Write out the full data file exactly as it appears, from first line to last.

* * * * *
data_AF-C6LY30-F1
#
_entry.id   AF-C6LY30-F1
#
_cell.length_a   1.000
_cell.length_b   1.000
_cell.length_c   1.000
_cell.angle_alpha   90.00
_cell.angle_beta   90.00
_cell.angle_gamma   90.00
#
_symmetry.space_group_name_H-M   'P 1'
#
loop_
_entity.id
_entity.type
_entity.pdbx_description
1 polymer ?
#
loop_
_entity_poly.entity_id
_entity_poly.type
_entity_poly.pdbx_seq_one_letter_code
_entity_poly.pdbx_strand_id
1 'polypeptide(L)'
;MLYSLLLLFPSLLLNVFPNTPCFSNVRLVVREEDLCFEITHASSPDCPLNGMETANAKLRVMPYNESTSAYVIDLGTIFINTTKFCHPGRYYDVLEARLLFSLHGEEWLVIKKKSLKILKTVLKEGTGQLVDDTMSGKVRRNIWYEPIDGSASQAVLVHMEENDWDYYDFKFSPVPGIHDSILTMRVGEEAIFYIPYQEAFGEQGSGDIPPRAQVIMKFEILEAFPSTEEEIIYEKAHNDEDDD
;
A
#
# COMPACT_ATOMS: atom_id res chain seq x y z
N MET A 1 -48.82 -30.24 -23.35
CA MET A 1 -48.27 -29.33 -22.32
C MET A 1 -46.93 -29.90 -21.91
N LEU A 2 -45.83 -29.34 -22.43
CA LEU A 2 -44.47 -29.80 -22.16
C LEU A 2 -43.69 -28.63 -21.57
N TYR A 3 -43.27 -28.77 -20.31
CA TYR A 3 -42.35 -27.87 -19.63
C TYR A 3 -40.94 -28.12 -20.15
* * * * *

data_AF-C6LY30-F1
#
_entry.id   AF-C6LY30-F1
#
_cell.length_a   1.000
_cell.length_b   1.000
_cell.length_c   1.000
_cell.angle_alpha   90.00
_cell.angle_beta   90.00
_cell.angle_gamma   90.00
#
_symmetry.space_group_name_H-M   'P 1'
#
loop_
_entity.id
_entity.type
_entity.pdbx_description
1 polymer ?
#
loop_
_entity_poly.entity_id
_entity_poly.type
_entity_poly.pdbx_seq_one_letter_code
_entity_poly.pdbx_strand_id
1 'polypeptide(L)'
;MLYSLLLLFPSLLLNVFPNTPCFSNVRLVVREEDLCFEITHASSPDCPLNGMETANAKLRVMPYNESTSAYVIDLGTIFINTTKFCHPGRYYDVLEARLLFSLHGEEWLVIKKKSLKILKTVLKEGTGQLVDDTMSGKVRRNIWYEPIDGSASQAVLVHMEENDWDYYDFKFSPVPGIHDSILTMRVGEEAIFYIPYQEAFGEQGSGDIPPRAQVIMKFEILEAFPSTEEEIIYEKAHNDEDDD
;
A
#
# COMPACT_ATOMS: atom_id res chain seq x y z
N MET A 1 -48.82 -30.24 -23.35
CA MET A 1 -48.27 -29.33 -22.32
C MET A 1 -46.93 -29.90 -21.91
N LEU A 2 -45.83 -29.34 -22.43
CA LEU A 2 -44.47 -29.80 -22.16
C LEU A 2 -43.69 -28.63 -21.57
N TYR A 3 -43.27 -28.77 -20.31
CA TYR A 3 -42.35 -27.87 -19.63
C TYR A 3 -40.94 -28.12 -20.15